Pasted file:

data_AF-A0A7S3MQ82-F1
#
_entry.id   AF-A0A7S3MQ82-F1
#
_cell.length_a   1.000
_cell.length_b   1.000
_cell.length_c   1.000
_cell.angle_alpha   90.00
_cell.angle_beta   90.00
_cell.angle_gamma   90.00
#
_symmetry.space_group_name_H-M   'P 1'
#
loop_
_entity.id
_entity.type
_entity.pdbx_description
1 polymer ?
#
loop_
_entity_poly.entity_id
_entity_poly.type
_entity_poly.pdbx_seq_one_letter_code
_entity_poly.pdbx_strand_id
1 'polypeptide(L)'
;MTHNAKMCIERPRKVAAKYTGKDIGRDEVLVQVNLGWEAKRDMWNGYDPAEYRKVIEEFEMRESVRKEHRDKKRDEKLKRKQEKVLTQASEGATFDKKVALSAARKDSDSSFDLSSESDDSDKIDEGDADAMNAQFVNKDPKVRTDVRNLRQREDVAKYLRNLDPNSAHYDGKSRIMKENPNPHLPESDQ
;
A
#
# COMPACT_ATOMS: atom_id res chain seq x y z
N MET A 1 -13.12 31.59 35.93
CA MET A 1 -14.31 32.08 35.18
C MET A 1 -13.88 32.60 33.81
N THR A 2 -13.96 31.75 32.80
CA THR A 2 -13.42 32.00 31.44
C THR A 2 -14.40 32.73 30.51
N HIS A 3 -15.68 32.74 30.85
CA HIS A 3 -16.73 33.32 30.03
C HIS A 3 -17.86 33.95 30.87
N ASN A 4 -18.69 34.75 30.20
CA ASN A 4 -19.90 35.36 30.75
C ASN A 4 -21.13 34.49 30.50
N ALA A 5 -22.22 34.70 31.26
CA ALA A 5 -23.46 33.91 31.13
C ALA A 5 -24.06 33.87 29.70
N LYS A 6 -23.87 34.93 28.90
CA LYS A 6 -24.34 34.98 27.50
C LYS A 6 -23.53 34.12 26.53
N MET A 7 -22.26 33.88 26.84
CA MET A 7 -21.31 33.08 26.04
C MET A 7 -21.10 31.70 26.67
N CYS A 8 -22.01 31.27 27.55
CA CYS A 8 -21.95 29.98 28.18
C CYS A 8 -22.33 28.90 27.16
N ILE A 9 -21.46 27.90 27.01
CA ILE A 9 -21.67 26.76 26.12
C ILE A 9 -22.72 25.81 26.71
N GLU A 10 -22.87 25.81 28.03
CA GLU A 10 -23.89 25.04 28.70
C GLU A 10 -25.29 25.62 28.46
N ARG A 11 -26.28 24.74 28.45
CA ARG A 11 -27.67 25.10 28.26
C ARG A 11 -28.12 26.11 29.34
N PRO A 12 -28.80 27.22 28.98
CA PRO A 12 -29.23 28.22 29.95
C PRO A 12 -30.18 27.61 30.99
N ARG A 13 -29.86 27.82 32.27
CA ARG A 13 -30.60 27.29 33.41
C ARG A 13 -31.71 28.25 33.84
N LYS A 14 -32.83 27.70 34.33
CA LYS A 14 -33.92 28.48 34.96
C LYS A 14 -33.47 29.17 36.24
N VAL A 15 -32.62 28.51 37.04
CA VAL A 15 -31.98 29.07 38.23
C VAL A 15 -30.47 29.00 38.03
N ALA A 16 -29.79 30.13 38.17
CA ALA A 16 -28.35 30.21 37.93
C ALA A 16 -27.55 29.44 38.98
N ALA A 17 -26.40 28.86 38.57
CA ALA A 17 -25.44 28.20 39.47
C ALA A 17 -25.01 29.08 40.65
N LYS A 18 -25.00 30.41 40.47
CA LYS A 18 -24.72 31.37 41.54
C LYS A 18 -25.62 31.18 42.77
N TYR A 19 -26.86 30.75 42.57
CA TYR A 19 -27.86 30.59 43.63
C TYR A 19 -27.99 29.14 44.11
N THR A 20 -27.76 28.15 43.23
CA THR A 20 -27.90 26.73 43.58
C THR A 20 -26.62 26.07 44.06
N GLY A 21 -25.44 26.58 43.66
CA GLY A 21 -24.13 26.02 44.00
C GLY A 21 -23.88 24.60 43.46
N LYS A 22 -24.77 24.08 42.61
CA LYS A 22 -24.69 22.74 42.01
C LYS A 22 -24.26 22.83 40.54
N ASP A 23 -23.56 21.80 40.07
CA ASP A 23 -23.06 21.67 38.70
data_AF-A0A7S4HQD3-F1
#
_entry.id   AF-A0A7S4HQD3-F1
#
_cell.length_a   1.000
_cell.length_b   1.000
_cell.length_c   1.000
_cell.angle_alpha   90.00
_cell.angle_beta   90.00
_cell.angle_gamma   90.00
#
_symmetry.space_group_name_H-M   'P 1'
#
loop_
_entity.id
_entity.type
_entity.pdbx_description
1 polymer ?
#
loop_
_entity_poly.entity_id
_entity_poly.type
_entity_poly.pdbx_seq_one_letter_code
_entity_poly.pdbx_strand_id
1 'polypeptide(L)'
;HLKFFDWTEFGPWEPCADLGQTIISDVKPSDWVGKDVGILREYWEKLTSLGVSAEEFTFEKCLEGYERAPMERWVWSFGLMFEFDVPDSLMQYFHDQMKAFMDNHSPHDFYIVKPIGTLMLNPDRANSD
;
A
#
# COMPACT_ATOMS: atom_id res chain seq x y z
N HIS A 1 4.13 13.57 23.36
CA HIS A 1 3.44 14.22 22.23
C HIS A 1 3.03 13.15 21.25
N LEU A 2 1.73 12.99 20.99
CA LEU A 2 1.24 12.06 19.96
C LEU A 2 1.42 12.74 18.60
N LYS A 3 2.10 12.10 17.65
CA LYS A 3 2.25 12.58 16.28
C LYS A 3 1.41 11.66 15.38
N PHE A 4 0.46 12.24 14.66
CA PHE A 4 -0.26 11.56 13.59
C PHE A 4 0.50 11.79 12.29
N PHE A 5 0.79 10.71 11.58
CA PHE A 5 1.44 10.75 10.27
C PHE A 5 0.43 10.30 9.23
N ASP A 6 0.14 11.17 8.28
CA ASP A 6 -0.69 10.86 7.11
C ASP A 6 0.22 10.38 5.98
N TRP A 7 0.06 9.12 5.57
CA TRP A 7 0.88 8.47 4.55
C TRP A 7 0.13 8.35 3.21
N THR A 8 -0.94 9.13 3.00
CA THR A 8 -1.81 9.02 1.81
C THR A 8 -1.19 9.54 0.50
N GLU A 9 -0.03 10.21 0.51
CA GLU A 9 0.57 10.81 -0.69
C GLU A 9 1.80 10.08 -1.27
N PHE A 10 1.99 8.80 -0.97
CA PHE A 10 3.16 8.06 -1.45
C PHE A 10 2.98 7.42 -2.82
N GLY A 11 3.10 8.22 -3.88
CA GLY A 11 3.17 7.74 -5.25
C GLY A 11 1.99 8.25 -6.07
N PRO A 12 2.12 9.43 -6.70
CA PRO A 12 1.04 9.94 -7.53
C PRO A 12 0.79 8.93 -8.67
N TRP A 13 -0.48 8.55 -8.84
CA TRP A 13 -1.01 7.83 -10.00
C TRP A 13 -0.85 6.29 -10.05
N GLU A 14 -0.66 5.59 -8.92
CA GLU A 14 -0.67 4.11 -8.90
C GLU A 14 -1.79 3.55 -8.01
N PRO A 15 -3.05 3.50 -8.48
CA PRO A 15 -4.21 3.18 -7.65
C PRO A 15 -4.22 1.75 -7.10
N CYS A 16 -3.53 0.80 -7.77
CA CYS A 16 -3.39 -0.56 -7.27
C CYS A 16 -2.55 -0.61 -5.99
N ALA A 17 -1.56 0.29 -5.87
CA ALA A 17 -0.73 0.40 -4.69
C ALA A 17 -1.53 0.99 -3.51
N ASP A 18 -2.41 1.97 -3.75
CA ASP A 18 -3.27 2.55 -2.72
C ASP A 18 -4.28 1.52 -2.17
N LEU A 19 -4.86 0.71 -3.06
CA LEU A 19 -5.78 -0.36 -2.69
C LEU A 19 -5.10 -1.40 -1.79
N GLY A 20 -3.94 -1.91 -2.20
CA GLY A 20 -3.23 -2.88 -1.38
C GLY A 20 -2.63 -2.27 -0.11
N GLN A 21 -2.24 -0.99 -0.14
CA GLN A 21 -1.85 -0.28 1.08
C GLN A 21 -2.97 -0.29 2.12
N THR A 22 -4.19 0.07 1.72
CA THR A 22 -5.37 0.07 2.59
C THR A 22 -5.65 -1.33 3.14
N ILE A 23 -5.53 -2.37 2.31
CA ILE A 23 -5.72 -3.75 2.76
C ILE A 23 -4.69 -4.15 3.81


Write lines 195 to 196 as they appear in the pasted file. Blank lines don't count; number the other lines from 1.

N ILE A 23 -5.53 -2.37 2.31
CA ILE A 23 -5.72 -3.75 2.76